Buying Your First Family Home

Is it time for you to move from tenant to owner? Do you feel lost in a sea of technical terms and conditions? Don’t fret, we’ve teamed up with Nedbank to put together a little how-to to guide you through the front door of your first home.


Freehold or Sectional Title?

This will be determined by your budget as free-standing houses are more expensive than body corporate living. Sectional title life has its advantages and restrictions when it comes to added security and restrictions on freedom of movement, for example making noise at 03:00 or parking on a pavement. When deciding to move into a complex, ask the estate or managing agent for a copy of the latest audited financial statements as well as a copy of the house rules. Also, make sure that the house rules are registered with the deeds office; if not, the body corporate must adhere to the Sectional Titles Act. Once you have found a space you find fitting to your requirement and pocket, arrange a signed offer to purchase (you’ll need this a bit later). Note that there are charges such as levies and maintenance costs, rates and taxes, electricity and water, sewer and refuse that need to be kept in mind when purchasing a homestead.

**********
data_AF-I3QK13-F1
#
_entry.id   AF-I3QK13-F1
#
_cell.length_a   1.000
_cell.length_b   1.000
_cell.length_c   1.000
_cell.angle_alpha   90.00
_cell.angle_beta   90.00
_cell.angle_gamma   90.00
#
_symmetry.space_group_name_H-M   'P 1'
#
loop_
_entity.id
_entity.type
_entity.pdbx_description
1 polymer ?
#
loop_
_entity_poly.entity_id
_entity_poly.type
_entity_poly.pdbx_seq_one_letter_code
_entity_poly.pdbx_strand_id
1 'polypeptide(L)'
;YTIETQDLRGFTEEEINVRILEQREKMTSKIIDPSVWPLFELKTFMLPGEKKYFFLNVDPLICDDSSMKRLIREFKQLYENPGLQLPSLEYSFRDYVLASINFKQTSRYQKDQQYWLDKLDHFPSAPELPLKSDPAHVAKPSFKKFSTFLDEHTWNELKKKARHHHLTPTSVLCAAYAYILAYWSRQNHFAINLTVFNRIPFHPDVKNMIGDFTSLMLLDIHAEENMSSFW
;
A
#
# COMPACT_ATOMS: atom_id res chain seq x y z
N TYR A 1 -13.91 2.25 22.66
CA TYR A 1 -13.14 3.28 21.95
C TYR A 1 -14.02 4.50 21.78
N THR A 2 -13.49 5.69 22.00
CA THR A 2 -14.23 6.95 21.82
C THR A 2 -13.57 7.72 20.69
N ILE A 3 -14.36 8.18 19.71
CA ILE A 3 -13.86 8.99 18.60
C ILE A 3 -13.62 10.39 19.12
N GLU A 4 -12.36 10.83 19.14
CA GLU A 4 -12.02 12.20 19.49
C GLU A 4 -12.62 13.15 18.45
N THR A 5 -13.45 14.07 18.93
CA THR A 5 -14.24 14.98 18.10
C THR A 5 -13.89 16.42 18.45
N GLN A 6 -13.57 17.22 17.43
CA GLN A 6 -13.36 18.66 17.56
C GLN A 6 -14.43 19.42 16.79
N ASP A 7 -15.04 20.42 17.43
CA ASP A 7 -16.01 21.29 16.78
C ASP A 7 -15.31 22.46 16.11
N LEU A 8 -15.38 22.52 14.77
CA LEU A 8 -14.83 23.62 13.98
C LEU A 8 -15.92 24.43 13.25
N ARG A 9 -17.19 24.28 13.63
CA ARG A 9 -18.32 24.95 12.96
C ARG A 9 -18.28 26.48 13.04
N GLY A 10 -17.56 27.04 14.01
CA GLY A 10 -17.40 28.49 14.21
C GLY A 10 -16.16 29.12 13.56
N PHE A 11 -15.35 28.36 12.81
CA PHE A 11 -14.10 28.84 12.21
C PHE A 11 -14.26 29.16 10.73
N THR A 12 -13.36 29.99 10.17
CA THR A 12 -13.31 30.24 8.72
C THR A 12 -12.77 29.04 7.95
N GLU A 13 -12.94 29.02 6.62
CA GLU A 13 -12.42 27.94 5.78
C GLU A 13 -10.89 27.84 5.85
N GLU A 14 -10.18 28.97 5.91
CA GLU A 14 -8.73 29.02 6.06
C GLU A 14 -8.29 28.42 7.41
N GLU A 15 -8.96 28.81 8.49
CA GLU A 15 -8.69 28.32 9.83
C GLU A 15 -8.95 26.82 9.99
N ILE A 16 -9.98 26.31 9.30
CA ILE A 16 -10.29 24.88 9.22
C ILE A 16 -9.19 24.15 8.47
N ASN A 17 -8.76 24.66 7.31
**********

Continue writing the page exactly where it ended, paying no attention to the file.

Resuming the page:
Credit Profile

One of the most important things before even thinking of approaching the bank is to make sure that you have a good credit record. Double check those clothing and credit card payments – a brilliant credit score will increase the success rate of your bond application.

How Much Can You Afford?

According to law, there is a maximum repayment rate, which banks and other financial service providers are not allowed to go above. Work yours out with the following simple equation: Total Gross Joint Income X 30/100 = Max Repayment. Is this an amount you will be able to part with every month?

Bond Application

This is the scary part but don’t worry too much – the consultant assisting you has been trained to give you the best deal possible. But before you jump in line at the bank, be sure that you have the necessary documentation in order to successfully apply for a bond. You will need the following: a signed offer to purchase, certified copy of your ID, three months’ proof of income and a filled-in home loan application, which the consultant will be able to provide.

Bond Registration

There will be a fee payable once your bond application has been approved. This fee is made up of the conveyancer’s fee (the fee paid to an attorney for overseeing the repayment process) and the Deeds Office registry fee (this is to register the property and the bond in your name).

Property Transfer Costs

Transfer duty is a tax payable to SARS for the transfer of the property from the previous owner’s name to yours.

If you know of someone thinking of buying their first place, show this to them. Also, check out our Top 20 Tips to Decorating Your Home on a Budget.


By Shawn Greyling


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